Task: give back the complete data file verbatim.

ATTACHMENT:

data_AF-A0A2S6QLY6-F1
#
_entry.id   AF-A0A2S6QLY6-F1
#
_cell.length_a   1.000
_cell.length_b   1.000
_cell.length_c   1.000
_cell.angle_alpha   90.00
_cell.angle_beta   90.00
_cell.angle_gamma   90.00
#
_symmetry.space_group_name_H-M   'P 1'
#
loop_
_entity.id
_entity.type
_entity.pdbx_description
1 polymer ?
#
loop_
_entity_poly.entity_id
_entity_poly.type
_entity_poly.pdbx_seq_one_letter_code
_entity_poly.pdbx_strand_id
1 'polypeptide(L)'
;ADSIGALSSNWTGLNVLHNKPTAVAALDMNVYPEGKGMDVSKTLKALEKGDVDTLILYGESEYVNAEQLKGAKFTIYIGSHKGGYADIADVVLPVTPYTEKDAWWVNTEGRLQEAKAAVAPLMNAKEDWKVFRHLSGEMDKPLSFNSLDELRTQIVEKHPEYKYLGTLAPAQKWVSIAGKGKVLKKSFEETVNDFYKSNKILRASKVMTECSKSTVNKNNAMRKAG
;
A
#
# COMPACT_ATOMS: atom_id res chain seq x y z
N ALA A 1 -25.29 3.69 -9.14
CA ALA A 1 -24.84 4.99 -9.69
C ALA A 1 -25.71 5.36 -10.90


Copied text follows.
data_AF-A0A2S6QLY6-F1
#
_entry.id   AF-A0A2S6QLY6-F1
#
_cell.length_a   1.000
_cell.length_b   1.000
_cell.length_c   1.000
_cell.angle_alpha   90.00
_cell.angle_beta   90.00
_cell.angle_gamma   90.00
#
_symmetry.space_group_name_H-M   'P 1'
#
loop_
_entity.id
_entity.type
_entity.pdbx_description
1 polymer ?
#
loop_
_entity_poly.entity_id
_entity_poly.type
_entity_poly.pdbx_seq_one_letter_code
_entity_poly.pdbx_strand_id
1 'polypeptide(L)'
;ADSIGALSSNWTGLNVLHNKPTAVAALDMNVYPEGKGMDVSKTLKALEKGDVDTLILYGESEYVNAEQLKGAKFTIYIGSHKGGYADIADVVLPVTPYTEKDAWWVNTEGRLQEAKAAVAPLMNAKEDWKVFRHLSGEMDKPLSFNSLDELRTQIVEKHPEYKYLGTLAPAQKWVSIAGKGKVLKKSFEETVNDFYKSNKILRASKVMTECSKSTVNKNNAMRKAG
;
A
#
# COMPACT_ATOMS: atom_id res chain seq x y z
N ALA A 1 -25.29 3.69 -9.14
CA ALA A 1 -24.84 4.99 -9.69
C ALA A 1 -25.71 5.36 -10.90